- Allows you to reach the highest degree of specialization in a particular musical medium
- Doctoral study can leave minimal time for working or performing outside the program
- Can take a considerable amount of time to complete (3-5 years)
- Entrance and completion is extremely competitive
Common Courses and Requirements
The courses you take will depend on your area of emphasis, much like the master's degree programs. Doctoral-seeking music education students will take courses on the psychology of music education, research, and music history. If you choose a theory or composition emphasis, you'll likely take required and elective courses in music education, as well as a course on techniques for musical analysis. DMA candidates focusing on performance will take courses in applied music, which can include recitals as well as written research papers.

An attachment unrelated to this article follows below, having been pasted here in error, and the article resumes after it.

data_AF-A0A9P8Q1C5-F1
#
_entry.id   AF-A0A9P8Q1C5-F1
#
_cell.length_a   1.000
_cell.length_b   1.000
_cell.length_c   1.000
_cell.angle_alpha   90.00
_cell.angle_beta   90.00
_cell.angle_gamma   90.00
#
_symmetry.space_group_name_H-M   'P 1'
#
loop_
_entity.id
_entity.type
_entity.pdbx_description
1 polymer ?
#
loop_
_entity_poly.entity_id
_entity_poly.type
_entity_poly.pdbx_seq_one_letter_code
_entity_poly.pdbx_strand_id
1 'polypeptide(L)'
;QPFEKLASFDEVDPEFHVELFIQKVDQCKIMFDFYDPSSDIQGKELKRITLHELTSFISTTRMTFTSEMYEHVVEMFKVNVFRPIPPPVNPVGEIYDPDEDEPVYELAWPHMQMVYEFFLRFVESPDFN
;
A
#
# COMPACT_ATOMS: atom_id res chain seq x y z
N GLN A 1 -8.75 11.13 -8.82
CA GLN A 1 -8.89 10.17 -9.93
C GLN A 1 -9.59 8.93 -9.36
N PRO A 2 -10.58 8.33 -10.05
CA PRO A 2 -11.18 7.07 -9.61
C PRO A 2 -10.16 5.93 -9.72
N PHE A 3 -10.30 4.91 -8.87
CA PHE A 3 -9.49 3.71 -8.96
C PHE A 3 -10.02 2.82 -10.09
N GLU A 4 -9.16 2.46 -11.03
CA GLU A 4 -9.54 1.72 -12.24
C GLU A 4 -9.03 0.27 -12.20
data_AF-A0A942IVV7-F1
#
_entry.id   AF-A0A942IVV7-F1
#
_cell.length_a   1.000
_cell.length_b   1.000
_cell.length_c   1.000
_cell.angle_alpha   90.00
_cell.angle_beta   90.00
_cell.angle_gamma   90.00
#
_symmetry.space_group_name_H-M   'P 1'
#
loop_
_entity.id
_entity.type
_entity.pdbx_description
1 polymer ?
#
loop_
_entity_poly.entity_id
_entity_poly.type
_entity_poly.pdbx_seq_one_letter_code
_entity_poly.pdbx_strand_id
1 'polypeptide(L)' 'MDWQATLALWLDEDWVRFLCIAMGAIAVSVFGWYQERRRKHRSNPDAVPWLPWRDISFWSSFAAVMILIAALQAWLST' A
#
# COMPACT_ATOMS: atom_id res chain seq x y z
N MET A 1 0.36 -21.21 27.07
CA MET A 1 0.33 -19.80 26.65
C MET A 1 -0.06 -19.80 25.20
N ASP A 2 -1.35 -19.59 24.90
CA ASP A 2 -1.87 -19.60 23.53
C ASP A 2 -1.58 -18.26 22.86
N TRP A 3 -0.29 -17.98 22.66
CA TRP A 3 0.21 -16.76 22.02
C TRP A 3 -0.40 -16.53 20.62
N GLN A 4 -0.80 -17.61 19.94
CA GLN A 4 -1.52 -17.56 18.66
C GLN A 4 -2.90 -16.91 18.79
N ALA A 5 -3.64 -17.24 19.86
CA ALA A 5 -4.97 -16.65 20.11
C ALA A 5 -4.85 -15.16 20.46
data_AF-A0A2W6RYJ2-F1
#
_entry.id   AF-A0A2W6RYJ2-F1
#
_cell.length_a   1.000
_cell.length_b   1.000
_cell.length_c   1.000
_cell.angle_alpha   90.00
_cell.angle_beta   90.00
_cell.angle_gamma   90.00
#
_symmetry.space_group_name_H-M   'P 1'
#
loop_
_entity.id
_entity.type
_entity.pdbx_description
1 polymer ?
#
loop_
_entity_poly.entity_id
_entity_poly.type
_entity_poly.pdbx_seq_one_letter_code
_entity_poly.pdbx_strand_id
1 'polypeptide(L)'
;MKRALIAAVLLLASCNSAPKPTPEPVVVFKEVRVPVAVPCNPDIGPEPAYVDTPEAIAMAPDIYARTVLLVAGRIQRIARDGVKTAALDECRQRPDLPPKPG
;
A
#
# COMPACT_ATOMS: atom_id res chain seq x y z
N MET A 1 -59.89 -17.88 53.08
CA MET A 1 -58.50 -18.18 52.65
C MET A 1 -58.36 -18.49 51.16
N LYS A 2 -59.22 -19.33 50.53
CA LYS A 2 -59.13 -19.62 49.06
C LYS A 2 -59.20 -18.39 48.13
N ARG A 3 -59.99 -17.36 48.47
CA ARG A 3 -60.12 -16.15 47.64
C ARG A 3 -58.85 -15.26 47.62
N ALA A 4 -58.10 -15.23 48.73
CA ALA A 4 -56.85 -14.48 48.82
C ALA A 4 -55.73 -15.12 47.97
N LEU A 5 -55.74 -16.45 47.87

Online Degree Options
Students looking to study online at the doctoral level are limited to music education programs. These degree programs aren't all that common, and they might require you to complete a residency in which you spend a designated amount of time on campus. As with other music education programs, you'll study the history and psychology of music education as well as explore research methods in music education. Courses in pop music arranging, orchestration, and critique methods will round out your study.
Stand Out with This Degree
Music teachers with master's degrees who teach in high schools or junior colleges can advance to university-level teaching with a DMA, Ph.D., or other doctoral degree. In addition, DMA degree programs can also help expose you to a more advanced musical network and enhance your talents as a composer or performer.
While pursuing your degree, it can be beneficial to attend conferences or seminars in music education, such as those offered by the Association for Technology in Music Instruction (atmionline.org). Conventions like these can offer you the chance to propose your own ideas for how technology can be utilized in collegiate-level learning environments. It can also offer you an active role in developing curricula that incorporates technology. Additionally, winning an award for your proposal at a conference can help build your academic resume.